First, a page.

The Cultures of Failure and Death, Part 3

Continued from The Cultures of Failure and Death, Part 1 and The Cultures of Failure and Death, Part 2

Even after the experiment was over, the mice showed what appeared to be permanent changes. Mr. Merrill took the mice to a pet store to sell them. The group of mice that had heard classical music and the control group of mice rode in groups to the pet store (remember that they had been separated earlier). These mice got along well together for that period of time it took Mr. Merrill to drive to the pet store. Not so with the group of mice that had heard Anthrax.

Mr. Merrill found these mice so hostile that he ended up giving them a week of silence to see if it would help their sociability. Eventually he even played classical music to them. After some time, Mr. Merrill was able to group them and drive them to the pet store, but it wasn’t a pleasant experience; however, all the mice survived the trip.

So, what we conclude from this is: the type of music mice listen to has permanent effects on their ability to learn, as well as their ability to socialize, and their level of aggressiveness. Many people argue that this is not applicable to humans. It is argued that one can’t generalize from plants, or mice, to humans because research shows that music’s effects on humans is influenced by whether it is the genre of their choice. However, those of us with pets and plants know that they both have ways of telling us what they like and don’t like, and anyone who doesn’t think that animals have musical preferences has not had a cat that sulked if it missed Oprah.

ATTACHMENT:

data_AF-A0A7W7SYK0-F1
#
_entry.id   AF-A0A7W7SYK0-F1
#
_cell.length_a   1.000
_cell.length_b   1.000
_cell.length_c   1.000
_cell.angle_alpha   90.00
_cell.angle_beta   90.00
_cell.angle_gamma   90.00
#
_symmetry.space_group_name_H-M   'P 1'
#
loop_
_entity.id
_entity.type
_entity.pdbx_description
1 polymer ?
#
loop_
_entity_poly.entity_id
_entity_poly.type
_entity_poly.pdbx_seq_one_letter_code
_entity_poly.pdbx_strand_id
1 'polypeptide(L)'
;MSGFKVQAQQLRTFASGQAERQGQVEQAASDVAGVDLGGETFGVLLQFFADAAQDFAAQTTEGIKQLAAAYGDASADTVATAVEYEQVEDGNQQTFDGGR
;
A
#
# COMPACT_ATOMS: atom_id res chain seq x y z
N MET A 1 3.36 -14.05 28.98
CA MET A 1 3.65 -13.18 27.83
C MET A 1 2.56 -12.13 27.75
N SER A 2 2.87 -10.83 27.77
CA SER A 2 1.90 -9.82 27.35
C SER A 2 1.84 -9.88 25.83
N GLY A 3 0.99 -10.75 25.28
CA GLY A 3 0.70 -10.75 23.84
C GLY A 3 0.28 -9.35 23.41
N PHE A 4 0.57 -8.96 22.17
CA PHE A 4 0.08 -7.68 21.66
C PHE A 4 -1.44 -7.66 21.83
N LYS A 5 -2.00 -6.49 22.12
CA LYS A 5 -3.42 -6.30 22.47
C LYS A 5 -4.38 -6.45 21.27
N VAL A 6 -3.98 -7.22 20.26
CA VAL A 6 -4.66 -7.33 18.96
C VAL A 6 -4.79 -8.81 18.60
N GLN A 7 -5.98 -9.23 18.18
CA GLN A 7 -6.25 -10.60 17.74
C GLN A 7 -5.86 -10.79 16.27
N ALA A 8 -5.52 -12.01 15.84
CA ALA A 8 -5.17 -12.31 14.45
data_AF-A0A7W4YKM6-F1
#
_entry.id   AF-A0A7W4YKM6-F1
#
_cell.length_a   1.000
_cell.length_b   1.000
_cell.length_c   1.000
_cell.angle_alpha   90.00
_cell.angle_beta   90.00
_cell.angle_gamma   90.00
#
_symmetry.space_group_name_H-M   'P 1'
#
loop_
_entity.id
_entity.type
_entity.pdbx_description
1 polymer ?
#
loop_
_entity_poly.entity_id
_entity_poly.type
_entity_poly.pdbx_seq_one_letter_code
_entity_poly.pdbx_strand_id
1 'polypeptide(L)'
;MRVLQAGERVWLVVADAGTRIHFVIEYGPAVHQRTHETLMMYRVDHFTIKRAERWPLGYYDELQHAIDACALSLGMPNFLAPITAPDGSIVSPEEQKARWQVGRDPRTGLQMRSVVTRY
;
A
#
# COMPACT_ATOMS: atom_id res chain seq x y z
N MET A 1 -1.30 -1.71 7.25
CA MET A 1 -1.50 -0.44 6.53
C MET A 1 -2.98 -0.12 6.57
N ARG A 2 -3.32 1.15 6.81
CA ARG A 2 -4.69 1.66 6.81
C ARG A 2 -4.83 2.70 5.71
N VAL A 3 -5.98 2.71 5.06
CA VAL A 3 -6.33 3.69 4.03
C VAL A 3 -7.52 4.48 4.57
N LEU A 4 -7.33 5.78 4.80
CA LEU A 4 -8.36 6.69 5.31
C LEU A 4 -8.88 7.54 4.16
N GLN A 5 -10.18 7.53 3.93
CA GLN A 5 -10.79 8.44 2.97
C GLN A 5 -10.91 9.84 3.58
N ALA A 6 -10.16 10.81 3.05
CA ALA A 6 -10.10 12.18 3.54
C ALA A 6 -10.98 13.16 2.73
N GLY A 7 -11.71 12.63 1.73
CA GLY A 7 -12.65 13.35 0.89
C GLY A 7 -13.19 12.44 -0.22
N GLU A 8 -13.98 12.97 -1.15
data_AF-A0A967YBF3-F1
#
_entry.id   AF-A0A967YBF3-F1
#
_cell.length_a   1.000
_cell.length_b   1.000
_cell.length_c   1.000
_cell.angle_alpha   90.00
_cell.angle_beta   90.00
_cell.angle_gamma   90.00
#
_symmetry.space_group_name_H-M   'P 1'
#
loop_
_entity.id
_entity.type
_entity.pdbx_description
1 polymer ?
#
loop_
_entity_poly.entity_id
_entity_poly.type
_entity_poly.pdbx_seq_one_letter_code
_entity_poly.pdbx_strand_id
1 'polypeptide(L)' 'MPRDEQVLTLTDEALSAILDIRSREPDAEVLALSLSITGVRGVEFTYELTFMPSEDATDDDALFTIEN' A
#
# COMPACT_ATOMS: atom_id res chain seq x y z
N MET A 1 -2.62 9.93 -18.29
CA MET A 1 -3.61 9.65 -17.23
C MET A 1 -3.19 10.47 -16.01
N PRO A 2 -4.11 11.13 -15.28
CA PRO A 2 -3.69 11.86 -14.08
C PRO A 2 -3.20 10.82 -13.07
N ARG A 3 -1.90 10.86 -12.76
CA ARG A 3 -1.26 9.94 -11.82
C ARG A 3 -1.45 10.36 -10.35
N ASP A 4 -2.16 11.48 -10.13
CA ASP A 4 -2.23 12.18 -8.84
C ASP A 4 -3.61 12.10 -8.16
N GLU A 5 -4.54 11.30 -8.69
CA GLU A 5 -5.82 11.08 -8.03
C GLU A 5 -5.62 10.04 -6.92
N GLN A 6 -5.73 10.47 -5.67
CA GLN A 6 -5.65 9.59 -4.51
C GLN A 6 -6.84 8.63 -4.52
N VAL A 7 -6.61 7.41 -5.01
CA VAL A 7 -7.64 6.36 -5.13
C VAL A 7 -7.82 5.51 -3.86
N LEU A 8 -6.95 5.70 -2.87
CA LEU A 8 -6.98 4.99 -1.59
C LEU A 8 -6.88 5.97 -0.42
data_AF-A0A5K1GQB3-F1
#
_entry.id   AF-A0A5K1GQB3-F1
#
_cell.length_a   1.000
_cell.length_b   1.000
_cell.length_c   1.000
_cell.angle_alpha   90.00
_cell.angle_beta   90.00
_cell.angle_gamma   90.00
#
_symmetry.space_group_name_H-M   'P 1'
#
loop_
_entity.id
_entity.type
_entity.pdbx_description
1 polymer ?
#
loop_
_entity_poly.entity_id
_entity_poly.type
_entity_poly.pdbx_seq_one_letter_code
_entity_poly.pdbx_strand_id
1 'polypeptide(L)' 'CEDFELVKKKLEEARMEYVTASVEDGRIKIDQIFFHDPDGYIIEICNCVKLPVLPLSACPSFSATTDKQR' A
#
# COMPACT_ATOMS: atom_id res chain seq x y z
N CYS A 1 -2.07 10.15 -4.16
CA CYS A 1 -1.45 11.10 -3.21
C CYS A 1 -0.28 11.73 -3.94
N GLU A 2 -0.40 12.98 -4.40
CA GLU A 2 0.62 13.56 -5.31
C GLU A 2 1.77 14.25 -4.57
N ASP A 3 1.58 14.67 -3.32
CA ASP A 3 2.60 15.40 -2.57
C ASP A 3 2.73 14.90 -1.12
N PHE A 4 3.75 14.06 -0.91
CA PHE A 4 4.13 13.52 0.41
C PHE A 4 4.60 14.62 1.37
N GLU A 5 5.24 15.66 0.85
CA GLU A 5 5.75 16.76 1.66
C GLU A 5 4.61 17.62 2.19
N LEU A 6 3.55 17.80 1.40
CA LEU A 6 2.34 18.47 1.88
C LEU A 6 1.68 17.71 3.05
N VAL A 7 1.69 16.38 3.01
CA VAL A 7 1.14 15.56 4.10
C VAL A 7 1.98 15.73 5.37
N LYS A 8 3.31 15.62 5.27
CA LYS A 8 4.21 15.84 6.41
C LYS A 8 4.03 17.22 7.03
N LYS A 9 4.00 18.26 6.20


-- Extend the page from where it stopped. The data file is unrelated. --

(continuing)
Others will argue that humans can reason, and animals can’t. Well, again, they’ve never had a pet that figured out how door locks work. Animals are smart and rational, all right. In fact, humans share 98% of their DNA with frogs. It’s not a coincidence that laboratory experiments are commonly run on rats and mice–over time, they’ve proven to be fairly reliable predictors of how humans will react to the same stimulus, be it a drug, a food, music, or anything else. Laboratories wouldn’t use rats and mice for experiments otherwise, because it wouldn’t be profitable.

So we can be fairly safe in assuming that what applies to these mice, in some way applies to us.

And now do you think I’m exaggerating for effect?

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